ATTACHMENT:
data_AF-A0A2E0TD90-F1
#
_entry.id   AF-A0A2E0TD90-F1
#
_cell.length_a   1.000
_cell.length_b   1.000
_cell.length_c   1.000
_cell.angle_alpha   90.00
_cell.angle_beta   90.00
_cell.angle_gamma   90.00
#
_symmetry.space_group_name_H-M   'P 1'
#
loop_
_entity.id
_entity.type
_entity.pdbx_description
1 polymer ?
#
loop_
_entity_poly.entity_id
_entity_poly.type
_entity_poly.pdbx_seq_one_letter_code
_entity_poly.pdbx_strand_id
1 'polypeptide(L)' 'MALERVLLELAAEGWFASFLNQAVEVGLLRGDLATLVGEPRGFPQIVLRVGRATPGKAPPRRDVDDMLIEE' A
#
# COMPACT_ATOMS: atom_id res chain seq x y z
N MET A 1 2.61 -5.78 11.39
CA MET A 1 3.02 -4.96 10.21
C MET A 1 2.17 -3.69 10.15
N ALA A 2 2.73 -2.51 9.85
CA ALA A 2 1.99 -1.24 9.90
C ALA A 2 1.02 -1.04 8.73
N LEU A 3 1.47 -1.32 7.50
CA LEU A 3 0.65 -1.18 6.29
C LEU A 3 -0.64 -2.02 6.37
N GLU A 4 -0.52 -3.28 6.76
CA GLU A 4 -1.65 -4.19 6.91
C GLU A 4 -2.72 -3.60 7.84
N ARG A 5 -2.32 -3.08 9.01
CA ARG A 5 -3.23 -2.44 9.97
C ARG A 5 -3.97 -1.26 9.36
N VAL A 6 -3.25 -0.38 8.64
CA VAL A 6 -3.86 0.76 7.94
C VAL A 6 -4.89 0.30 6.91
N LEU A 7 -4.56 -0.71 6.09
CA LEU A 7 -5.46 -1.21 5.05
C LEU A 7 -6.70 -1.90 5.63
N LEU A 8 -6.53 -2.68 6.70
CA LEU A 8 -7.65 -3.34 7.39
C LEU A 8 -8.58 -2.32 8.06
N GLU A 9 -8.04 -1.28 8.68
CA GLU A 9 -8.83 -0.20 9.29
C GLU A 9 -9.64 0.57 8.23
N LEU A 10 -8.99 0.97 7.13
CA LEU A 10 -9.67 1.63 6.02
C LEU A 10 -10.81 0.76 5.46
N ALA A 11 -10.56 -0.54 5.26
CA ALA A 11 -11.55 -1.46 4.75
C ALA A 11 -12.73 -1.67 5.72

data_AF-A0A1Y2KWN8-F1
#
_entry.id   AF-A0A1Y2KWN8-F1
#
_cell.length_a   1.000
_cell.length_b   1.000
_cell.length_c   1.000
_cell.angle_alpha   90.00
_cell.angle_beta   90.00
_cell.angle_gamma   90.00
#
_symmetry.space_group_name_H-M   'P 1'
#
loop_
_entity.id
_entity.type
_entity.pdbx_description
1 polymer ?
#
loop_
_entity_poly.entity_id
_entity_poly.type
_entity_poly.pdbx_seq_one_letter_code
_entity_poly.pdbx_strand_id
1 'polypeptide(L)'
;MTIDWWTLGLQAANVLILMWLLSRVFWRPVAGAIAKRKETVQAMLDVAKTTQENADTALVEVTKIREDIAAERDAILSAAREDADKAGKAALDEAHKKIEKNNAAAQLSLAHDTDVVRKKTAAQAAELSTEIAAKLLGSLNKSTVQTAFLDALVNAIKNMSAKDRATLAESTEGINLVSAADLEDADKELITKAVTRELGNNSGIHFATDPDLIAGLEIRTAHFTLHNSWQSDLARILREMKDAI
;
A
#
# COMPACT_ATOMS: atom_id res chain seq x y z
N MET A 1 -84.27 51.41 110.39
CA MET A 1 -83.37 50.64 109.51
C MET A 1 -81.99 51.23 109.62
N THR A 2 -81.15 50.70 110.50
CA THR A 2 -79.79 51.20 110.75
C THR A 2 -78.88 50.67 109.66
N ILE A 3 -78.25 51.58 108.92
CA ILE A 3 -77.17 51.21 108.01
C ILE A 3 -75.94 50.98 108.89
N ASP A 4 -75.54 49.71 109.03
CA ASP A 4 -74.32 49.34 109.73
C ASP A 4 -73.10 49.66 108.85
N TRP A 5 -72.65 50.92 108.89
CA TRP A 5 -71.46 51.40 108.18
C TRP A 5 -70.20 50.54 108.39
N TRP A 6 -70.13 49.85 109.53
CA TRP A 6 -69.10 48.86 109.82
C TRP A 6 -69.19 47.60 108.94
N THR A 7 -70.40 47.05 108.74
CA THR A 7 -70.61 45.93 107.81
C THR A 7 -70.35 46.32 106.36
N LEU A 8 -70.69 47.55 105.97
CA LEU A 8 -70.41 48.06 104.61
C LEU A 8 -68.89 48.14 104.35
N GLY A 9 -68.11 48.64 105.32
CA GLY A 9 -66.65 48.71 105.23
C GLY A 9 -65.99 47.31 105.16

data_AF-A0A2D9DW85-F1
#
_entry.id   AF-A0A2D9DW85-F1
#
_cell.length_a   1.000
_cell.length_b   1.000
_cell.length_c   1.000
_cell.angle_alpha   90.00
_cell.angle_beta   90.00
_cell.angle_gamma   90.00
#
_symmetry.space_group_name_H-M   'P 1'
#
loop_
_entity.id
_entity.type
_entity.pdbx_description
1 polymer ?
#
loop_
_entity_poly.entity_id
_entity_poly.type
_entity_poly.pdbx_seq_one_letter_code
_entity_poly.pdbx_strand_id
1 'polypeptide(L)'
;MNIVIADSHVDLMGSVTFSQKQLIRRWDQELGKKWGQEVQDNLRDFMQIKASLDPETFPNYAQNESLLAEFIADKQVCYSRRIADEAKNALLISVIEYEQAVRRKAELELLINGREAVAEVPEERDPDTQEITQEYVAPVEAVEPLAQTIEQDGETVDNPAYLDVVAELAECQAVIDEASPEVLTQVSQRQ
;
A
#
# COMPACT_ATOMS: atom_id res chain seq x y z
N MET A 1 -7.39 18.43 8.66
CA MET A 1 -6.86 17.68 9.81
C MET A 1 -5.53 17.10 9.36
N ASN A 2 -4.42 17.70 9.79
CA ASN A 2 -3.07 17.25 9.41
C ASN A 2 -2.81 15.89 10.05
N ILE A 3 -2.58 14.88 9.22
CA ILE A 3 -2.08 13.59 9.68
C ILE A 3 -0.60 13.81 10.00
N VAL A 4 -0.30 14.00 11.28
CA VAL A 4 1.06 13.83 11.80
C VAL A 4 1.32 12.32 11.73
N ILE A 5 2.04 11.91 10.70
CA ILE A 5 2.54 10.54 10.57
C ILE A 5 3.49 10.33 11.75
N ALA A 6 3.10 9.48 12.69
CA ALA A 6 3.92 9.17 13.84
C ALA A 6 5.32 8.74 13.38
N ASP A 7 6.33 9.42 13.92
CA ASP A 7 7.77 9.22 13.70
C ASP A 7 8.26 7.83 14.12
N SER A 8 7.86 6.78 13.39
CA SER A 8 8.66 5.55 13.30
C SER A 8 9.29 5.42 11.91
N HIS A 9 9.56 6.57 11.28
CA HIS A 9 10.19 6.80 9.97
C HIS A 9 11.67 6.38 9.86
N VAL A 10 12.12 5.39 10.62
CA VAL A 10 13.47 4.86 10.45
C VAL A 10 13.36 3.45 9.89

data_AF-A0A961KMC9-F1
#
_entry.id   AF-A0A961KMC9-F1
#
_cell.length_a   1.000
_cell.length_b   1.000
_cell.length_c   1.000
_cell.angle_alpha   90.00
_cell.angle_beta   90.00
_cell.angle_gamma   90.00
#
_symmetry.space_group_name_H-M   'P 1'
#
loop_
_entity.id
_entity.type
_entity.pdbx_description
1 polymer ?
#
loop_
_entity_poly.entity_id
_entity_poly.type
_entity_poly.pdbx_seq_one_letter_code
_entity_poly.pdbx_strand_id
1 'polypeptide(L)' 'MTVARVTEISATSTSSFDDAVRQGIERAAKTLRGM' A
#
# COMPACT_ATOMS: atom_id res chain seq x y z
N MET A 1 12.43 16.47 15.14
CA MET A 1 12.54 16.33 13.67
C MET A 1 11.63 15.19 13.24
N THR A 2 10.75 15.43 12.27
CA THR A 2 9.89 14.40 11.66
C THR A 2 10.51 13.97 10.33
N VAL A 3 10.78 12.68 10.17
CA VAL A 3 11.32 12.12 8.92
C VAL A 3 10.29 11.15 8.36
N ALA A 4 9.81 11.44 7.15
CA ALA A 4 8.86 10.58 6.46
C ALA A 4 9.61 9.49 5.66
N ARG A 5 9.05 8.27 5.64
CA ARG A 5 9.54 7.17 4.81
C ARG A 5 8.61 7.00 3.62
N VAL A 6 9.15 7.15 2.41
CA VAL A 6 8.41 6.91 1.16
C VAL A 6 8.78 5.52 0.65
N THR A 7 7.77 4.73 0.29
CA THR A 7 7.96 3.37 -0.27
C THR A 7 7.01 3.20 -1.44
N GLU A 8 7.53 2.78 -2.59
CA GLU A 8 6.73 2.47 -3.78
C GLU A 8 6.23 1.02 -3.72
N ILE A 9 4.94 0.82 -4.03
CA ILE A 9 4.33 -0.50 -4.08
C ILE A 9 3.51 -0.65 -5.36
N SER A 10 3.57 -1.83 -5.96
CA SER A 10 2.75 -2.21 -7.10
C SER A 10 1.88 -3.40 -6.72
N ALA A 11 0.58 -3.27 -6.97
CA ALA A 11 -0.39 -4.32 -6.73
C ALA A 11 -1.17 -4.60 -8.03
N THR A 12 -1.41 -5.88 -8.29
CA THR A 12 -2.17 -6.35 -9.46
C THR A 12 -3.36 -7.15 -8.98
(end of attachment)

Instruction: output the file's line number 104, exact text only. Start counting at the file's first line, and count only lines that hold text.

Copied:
CA TRP A 5 -71.46 51.40 108.18